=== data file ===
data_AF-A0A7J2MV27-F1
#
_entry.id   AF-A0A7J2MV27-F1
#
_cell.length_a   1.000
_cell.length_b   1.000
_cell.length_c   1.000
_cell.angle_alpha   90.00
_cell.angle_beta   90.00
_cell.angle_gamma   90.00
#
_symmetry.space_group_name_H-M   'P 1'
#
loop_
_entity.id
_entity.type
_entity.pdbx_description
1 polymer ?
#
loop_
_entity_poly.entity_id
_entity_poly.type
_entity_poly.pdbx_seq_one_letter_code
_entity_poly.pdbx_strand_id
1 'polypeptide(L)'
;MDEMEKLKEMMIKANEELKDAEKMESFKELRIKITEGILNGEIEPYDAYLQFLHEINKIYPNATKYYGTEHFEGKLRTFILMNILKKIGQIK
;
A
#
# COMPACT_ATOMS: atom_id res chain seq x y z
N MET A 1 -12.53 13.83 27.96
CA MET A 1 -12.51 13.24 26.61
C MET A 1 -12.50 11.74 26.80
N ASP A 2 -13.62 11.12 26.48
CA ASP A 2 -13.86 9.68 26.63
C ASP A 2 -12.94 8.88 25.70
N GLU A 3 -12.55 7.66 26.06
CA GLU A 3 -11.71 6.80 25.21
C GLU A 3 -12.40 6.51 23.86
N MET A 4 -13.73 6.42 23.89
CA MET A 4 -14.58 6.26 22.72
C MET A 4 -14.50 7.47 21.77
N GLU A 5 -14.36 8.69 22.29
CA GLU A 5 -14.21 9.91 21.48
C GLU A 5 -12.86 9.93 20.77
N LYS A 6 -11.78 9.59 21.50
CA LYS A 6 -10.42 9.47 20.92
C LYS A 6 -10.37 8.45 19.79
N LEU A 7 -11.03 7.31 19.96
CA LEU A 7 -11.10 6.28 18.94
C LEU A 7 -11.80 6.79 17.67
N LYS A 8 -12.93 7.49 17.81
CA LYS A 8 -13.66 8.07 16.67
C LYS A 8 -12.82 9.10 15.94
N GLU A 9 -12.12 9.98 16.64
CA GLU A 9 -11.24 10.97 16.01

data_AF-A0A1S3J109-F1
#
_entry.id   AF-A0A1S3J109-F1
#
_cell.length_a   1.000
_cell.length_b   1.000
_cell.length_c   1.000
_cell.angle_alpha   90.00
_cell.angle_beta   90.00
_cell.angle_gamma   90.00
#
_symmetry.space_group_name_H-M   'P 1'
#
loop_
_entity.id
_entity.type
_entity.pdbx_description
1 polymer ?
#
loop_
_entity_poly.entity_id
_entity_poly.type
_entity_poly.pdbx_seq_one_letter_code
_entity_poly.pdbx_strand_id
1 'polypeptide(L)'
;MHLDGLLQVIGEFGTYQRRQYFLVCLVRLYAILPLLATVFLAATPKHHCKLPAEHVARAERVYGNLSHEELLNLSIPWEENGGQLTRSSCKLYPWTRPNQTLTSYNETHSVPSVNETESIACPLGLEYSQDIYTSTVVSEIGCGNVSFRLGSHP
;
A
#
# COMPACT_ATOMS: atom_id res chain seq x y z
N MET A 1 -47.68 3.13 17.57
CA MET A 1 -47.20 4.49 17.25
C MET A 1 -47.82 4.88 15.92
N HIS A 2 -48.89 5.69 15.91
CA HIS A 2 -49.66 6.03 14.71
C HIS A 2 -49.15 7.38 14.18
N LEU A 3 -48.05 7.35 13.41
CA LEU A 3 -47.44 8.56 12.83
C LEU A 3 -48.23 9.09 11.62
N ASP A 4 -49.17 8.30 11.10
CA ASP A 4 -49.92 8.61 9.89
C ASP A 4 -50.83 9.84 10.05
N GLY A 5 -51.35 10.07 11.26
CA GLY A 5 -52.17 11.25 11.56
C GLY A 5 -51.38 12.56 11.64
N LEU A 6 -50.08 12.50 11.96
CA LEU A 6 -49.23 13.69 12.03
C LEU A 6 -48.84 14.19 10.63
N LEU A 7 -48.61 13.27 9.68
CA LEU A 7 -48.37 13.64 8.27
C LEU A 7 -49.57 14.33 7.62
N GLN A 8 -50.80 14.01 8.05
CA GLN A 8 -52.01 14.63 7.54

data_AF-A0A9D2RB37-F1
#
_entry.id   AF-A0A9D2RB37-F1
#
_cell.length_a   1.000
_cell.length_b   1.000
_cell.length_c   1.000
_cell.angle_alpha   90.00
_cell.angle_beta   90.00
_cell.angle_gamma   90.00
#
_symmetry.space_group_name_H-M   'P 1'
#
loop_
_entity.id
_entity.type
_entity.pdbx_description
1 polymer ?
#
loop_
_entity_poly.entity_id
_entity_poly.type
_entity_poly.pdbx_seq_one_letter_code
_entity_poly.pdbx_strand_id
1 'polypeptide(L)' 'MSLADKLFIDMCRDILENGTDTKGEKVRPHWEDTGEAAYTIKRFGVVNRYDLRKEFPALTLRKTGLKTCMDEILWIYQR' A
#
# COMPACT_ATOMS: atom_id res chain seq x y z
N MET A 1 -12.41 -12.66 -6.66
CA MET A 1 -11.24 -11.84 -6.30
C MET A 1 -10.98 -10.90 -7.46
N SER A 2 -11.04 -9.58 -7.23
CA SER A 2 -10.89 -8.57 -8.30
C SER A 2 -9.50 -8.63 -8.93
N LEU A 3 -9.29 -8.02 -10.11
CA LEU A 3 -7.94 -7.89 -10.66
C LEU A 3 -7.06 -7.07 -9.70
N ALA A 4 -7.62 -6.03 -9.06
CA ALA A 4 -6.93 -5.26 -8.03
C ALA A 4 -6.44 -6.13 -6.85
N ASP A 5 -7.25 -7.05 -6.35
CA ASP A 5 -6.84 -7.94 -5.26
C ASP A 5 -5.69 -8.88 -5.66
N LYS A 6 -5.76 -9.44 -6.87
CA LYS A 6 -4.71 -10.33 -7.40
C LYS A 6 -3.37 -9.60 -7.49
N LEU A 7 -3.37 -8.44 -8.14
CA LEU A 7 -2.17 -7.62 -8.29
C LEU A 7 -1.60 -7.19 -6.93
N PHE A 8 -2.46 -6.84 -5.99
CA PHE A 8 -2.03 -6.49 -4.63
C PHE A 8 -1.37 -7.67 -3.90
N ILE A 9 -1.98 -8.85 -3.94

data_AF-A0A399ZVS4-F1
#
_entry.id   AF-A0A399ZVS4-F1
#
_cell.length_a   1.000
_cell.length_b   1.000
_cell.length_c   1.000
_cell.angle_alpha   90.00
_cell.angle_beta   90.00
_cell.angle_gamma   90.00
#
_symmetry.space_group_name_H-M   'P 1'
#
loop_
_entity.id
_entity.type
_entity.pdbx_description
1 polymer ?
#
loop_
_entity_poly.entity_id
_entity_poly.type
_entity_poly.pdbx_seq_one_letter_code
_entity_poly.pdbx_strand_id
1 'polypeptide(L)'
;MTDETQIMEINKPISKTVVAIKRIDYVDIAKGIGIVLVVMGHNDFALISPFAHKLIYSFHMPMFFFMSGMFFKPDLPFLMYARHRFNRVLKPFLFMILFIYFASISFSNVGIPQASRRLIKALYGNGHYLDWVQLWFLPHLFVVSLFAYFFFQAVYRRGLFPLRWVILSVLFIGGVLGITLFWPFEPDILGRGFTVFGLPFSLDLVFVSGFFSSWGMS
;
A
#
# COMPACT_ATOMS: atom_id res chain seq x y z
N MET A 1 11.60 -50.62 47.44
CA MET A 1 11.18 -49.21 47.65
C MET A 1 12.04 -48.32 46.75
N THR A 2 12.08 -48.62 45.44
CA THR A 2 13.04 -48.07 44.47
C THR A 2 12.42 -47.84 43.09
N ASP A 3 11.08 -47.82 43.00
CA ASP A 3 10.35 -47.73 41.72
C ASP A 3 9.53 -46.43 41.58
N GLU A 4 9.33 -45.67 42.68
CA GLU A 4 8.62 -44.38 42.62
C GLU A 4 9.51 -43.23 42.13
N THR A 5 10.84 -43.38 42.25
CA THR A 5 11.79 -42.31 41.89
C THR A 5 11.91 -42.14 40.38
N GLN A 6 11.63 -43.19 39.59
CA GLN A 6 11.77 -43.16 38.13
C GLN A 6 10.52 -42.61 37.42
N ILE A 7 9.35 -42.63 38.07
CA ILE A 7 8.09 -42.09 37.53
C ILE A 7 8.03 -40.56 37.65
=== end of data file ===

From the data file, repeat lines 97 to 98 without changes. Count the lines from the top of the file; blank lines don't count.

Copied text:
CA ASP A 4 -49.92 8.61 9.89
C ASP A 4 -50.83 9.84 10.05